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National League Outfield (OF) Sleepers for 2014 Fantasy Baseball

By james_in_to on Flickr (Original version) UCinternational (Crop) [CC-BY-2.0 (], via Wikimedia Commons

After the marquee names have disappeared in your fantasy draft, it may be time to look for specific needs from the remaining outfield pool.  These three National League outfielders may be light on power and driving in runs, but high on speed and run scoring potential.  Each of these players is a bit of a gamble, but one worth taking as a third/fourth outfielder or bench help.

Angel Pagan

By james_in_to on Flickr (Original version) UCinternational (Crop) [CC-BY-2.0 (], via Wikimedia Commons

San Francisco’s offense really clicks when Pagan is healthy. Last year, the Giants became also rans as injuries took their toll on Pagan. At the top of the line up, Pagan is the best lead-off threat the Giants have and will be counted on heavily to return them to post season glory. When banking on health, many fantasy managers will be scared off because of the unknown.  What we do know is that in his last full season he hit nearly .290 with 95 Runs and 29 stolen bases.   That would put him as an elite outfielder if he could annually replicate those numbers.  Not known for big power, Pagan gets himself into scoring position with extra base hits including a ridiculous 15 triples in 2012.  Last year ended well for him as he hit an impressive .323 in the second half of the season.  San Fran has been good every other year lately and if the pattern holds true, Pagan and the crew will be ready for 2014.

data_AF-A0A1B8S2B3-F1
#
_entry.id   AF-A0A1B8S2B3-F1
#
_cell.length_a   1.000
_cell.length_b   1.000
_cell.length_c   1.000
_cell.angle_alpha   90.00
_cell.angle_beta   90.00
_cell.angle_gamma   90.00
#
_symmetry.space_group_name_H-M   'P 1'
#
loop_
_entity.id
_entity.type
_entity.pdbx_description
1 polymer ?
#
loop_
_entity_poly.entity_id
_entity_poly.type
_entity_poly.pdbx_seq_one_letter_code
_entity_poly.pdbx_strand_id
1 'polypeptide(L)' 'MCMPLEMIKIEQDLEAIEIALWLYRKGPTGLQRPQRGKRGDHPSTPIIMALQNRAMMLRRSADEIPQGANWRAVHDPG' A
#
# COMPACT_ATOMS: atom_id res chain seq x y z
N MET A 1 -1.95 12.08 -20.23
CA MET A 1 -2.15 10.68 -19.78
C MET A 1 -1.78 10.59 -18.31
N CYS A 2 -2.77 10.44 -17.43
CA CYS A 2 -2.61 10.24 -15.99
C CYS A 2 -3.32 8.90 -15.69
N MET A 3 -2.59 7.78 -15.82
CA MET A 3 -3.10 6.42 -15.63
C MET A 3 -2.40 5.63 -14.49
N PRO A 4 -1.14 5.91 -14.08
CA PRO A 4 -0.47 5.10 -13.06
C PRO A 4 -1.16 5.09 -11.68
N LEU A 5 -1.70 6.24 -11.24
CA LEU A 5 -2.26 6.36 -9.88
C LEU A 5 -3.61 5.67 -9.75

Will Venable

Petco Park can be looked at in two different ways.   A huge park where deep fly balls go to die, or it can be thought of as a gap, speed hitter’s paradise.  Venable seems to be settling in to friendly confines as each year he has refined his skills with the bat.  In fact, last year his numbers were clearly better from a power standpoint more than doubling his HR total at home than on the road. Before his 2013 breakout, fantasy owners grew to expect little power, high K-rate and a middling average.  Venable surprised with 22 dingers to go along with 22 doubles.  His track record shows over the last four years you're going to get about 60+ RBI, 50+ Runs,  and 20+ stolen bases.  Along with his power development, Venable’s progress in hitting left-handers must be noted: he's gone from .174 to .231 to .276 over the last 3 years.  All in all he is solid choice for outfield depth for your draft if he slips late.


Ben Revere

The Phillies knew that they were going to get defense from Revere after the trade from Minnesota and he delivered.  Revere made some of the more memorable grabs early last spring.  However, after a slow start with the stick, he made a nice turnaround especially with the average (.305). This could be a sign that he has made a quick adjustment to switching leagues and should be prepared for the start of 2014. Another factor that keeps him in a prominent role is his ability to hit left-handers, meaning the Phils will not be tempted to platoon him.  Although the stolen bases dipped from 40 to 22, that was due to an ankle injury that sidelined him for the second half of the season.  The Phillies will need to turn him loose to have a chance in NL East.  So his batting average, stolen bases and runs will be a plus, with HR and RBI being a minus.  He is still a young and developing player whose defense was initially ahead of the offense, but the stick looks to be catching up. Revere has enough question marks to drop in the draft, but he'll be a nice sleeper in the very late rounds.